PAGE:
Friday, December 31, 2010

A Classless Christmas (and an Unbiased New Year)

Apparently it was recently Christmas, and despite it occurring on the same day every year a lot of people seemed surprised to see it again. None so more than television producer and Daily Mail columnist Charlotte Metcalf, whose recent bout of jingle hell has upset a fair few people, mainly of the middle- and working-classes. You can read the thing here, but if it makes you especially unhappy I'd suggest just leaving her alone; the woman's had a hard time since it was published and it's not pleasant is it kiddies?

The thing that I believe upsets most people is not that she has held a privileged position: many homes, many cars, earning more in a week than most of us make in a month (and yes that's before tax); it's the naive insistence that since she and her family have had their fill of embroidered cushion covers and luxury bath oil, nothing else will be remotely good enough. It's as if everything below Harrod's in the budget line is not worth bothering with. And here is where the problem lies.

Stockings are a great idea, and so is shopping around.
Hands up if you got all of your Christmas shopping done in one day. All of the food, gift wrap, presents, homeware etc. If your hand is up, you must be a liar. I don't even get my general shopping all in one shop: if I know where something's cheaper I'll buy it there instead. Pound shops are the friends of people like me who don't think they should have to pay £1.69 for washing-up liquid with my weekly food shop when one can get two bottles of Limon Freschchsch! for £1. While essentials and food are often better value than most supermarkets, with toys you admittedly will get what you pay for. I say buy your cut-price triangular confectionery from Poundland and maybe splash out a few more quid on little High Street odds-and-sods: plenty of shops now cash in on stocking filler ideas, for example Peacocks, Burtons, and BHS to name a few.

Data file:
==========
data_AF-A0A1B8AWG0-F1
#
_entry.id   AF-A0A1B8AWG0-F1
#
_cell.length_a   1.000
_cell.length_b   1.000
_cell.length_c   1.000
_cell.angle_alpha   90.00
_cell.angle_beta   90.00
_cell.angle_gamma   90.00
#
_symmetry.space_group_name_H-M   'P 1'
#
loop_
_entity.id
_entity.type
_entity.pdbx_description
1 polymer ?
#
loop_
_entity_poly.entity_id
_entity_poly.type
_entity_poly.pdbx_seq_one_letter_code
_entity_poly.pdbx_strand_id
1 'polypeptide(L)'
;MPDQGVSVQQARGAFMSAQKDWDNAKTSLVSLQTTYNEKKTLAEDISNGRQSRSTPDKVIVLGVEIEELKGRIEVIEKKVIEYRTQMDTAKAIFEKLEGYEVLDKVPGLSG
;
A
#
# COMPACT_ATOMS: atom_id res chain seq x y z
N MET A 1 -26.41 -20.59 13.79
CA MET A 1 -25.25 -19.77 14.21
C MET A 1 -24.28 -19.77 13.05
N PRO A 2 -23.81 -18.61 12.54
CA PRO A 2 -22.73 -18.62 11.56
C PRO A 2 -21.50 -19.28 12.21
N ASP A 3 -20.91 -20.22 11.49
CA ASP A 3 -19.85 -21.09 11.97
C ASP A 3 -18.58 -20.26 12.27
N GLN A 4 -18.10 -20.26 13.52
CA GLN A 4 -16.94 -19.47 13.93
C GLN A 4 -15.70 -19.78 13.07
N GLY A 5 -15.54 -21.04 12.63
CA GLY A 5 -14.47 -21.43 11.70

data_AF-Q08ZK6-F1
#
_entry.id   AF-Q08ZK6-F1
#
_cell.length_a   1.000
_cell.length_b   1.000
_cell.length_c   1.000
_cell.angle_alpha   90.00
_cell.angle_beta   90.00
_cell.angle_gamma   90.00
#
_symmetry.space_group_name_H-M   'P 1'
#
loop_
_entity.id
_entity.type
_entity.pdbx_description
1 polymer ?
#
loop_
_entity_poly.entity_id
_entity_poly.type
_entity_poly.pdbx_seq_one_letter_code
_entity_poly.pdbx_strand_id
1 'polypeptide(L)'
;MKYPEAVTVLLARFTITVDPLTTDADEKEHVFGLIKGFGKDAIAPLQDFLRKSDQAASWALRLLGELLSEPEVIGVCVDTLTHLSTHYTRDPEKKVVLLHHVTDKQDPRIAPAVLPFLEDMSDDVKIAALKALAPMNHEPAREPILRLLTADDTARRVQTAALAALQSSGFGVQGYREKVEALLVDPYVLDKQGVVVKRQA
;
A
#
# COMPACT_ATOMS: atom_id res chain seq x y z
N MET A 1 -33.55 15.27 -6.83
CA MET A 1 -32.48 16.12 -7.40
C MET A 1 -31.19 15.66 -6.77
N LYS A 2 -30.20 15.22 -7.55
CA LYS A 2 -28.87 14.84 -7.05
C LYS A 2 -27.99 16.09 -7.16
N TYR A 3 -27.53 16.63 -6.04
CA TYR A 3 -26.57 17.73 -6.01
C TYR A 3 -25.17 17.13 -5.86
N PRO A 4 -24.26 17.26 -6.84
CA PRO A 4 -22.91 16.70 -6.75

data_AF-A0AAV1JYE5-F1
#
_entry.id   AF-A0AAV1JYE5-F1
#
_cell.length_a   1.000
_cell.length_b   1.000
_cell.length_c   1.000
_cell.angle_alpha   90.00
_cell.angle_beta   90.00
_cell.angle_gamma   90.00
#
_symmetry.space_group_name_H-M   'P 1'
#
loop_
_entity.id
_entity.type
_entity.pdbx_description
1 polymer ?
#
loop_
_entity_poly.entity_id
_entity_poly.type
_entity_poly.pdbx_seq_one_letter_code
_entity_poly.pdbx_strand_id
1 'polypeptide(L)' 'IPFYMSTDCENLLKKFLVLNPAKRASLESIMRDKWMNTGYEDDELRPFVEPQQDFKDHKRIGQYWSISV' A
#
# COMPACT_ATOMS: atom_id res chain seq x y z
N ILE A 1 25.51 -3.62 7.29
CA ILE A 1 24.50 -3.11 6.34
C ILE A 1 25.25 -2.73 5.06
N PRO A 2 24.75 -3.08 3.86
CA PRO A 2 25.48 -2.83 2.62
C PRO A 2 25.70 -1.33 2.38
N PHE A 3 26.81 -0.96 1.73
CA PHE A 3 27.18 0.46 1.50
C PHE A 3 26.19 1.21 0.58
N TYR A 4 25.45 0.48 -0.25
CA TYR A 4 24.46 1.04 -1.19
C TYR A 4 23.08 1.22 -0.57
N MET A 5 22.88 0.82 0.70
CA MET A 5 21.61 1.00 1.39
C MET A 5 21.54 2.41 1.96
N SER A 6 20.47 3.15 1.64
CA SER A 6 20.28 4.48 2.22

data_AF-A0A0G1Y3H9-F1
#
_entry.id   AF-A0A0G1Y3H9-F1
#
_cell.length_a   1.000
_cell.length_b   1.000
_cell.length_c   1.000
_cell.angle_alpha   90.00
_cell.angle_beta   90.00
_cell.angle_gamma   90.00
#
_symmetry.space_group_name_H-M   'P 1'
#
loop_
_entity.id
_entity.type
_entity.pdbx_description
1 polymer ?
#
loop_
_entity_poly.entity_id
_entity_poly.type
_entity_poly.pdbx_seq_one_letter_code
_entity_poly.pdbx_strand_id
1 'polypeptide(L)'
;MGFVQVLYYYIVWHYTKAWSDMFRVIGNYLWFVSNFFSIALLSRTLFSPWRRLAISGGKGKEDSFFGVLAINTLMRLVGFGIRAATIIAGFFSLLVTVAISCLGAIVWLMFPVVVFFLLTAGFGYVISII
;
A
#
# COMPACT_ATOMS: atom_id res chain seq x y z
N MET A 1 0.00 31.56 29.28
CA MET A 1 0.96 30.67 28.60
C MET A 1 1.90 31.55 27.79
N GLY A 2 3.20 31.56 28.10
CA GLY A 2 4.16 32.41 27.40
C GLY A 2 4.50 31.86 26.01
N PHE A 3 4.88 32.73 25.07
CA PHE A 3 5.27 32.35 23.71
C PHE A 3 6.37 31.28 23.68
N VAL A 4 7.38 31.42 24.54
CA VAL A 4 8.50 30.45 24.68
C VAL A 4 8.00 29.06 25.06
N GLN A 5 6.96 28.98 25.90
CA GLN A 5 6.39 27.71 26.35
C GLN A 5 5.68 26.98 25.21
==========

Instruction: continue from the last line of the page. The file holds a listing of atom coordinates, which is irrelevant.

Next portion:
Part of growing up is learning to cope with disappointment.
As a kid, I always turned over my scribbled list to my parents in early November or so. Often it was about ten items long and I did ask for branded toys like Barbie and Lego, but nothing was guaranteed. And you know what? I didn't throw myself to the ground kicking and screaming in front of my parents and demand gifts: for one thing they would quite rightly have given me the hiding of my life right there and then, but primarily because Mum and Dad never implied that if I made a list I'd automatically receive everything on it.

"Christmas Disappointment" does not last. Parents only truly disappoint their child when they don't keep a promise.
Some years when I handed over my list, Mum and Dad would sit me down and ask which things on it I really wanted. Often our conversations went like this:

Mum: What does that say?
Little Neety: A Barbie.
Dad: What kind of Barbie?
LN: One like Allana's.
M: How about a different Barbie instead of one like Allana's? Otherwise you both have the same, and it'll be boring. Poor Allana's Barbie will have nobody new to play with!
LN: Yeah!
D: And you've put Lego here. Now there's lots of Lego, isn't there?
LN: Yes. *eats fist*